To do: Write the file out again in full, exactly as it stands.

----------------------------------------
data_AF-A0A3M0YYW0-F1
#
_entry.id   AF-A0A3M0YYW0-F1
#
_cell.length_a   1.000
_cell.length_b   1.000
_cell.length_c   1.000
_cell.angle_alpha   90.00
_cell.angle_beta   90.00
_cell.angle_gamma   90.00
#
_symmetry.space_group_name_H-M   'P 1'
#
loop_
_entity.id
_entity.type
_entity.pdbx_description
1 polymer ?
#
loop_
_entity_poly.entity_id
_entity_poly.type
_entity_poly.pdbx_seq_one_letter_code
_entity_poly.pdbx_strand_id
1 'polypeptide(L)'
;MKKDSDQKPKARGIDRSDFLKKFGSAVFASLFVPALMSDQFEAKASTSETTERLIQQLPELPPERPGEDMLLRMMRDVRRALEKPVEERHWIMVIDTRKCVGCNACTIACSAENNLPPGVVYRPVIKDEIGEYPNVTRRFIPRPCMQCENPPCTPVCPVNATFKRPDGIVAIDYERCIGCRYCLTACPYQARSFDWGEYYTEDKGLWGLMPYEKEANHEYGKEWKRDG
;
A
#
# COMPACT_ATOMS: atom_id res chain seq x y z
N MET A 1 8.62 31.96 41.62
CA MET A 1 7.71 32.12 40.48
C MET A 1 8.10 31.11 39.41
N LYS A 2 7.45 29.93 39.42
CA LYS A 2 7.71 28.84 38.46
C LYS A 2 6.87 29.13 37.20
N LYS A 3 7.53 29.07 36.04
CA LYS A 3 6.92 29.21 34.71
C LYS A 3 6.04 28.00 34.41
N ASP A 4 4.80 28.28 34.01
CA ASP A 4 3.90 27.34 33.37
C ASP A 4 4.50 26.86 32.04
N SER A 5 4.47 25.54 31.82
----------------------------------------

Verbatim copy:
data_AF-A0A3M0YYW0-F1
#
_entry.id   AF-A0A3M0YYW0-F1
#
_cell.length_a   1.000
_cell.length_b   1.000
_cell.length_c   1.000
_cell.angle_alpha   90.00
_cell.angle_beta   90.00
_cell.angle_gamma   90.00
#
_symmetry.space_group_name_H-M   'P 1'
#
loop_
_entity.id
_entity.type
_entity.pdbx_description
1 polymer ?
#
loop_
_entity_poly.entity_id
_entity_poly.type
_entity_poly.pdbx_seq_one_letter_code
_entity_poly.pdbx_strand_id
1 'polypeptide(L)'
;MKKDSDQKPKARGIDRSDFLKKFGSAVFASLFVPALMSDQFEAKASTSETTERLIQQLPELPPERPGEDMLLRMMRDVRRALEKPVEERHWIMVIDTRKCVGCNACTIACSAENNLPPGVVYRPVIKDEIGEYPNVTRRFIPRPCMQCENPPCTPVCPVNATFKRPDGIVAIDYERCIGCRYCLTACPYQARSFDWGEYYTEDKGLWGLMPYEKEANHEYGKEWKRDG
;
A
#
# COMPACT_ATOMS: atom_id res chain seq x y z
N MET A 1 8.62 31.96 41.62
CA MET A 1 7.71 32.12 40.48
C MET A 1 8.10 31.11 39.41
N LYS A 2 7.45 29.93 39.42
CA LYS A 2 7.71 28.84 38.46
C LYS A 2 6.87 29.13 37.20
N LYS A 3 7.53 29.07 36.04
CA LYS A 3 6.92 29.21 34.71
C LYS A 3 6.04 28.00 34.41
N ASP A 4 4.80 28.28 34.01
CA ASP A 4 3.90 27.34 33.37
C ASP A 4 4.50 26.86 32.04
N SER A 5 4.47 25.54 31.82